Regular readers of this blog won't be surprised by many of the points made in this Bear Sterns report on The Long Tail: Why Aggregation & Context and Not (Necessarily) Content are King in Entertainment, although the report makes the case about as clearly as I've ever seen. The major take-aways from the analysis are:
- Advancing technology is increasing competition.
- This is "dissipating the distributions bottleneck."
- The balance of power is shifting from distributors (think TV stations, cable MSO's, and ISP's) to content owners.
- But the proliferation of user-generated content is changing what "content owner" means.
The analysis concludes with a discussion of the long tail and why it's relevant to the discussion. After a great case study on what happened to television over the last 50 years, the report talks about the future:
- The future hold infinite choice for "end users"
- And infinite choice means overwhelming confusion
- Leading to the conclusion that "filters" are required to "connect users to the content that appeals to their interests."
My first reaction was that "filters" meant technology, but in reality what we're talking about is what the report classifies as "content packaging." Traditionally this has meant broadcast networks and cable networks. The Bear Sterns (I almost abbreviated that to BS) report adds Google, Yahoo!, AOL, MySpace, Apple and others to that list.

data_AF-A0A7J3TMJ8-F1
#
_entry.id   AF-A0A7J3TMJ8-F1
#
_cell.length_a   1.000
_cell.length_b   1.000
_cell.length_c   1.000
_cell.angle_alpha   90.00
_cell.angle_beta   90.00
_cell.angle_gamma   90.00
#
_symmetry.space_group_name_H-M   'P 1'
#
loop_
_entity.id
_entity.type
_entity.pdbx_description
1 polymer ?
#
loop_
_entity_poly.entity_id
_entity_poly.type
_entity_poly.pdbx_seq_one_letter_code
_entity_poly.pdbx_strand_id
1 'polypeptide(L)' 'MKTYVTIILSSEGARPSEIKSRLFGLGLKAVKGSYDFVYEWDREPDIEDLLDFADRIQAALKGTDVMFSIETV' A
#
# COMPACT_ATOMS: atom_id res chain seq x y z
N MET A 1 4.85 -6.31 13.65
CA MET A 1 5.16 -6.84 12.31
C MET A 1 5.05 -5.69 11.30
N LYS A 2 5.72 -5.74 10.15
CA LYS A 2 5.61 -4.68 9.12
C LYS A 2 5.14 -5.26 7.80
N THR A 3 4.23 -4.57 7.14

That's where I think the report stops way too early. Why recognizing user-generated content as a viable option to content created by studios and independents, it doesn't understand the role of small-scale content packagers.
"Name one!" you say? IT Conversations (I'm the Executive Producer). IT Conversations isn't a podcast, per se. IT Conversations is a "content packager" in the terminology of this report. IT Conversations takes professionally and user-generated content, filters it according to our understanding of our listeners' desires and needs, and packages it for easy distribution using RSS over the Internet.
IT Conversations isn't the only one, of course, and it won't be the last. There will be thousands of niche podcast "packagers" just like there are thousands of bloggers providing similar "filtering" functions for textual content on the Web. I fear that the Bear Sterns report has large company myopia. Even with the evidence of user-generated content staring them in the face, they can't imagine anyone but a large company providing content packaging. I believe the next few years will not only demonstrate the viability of niche content packages, but their power in a long-tail world.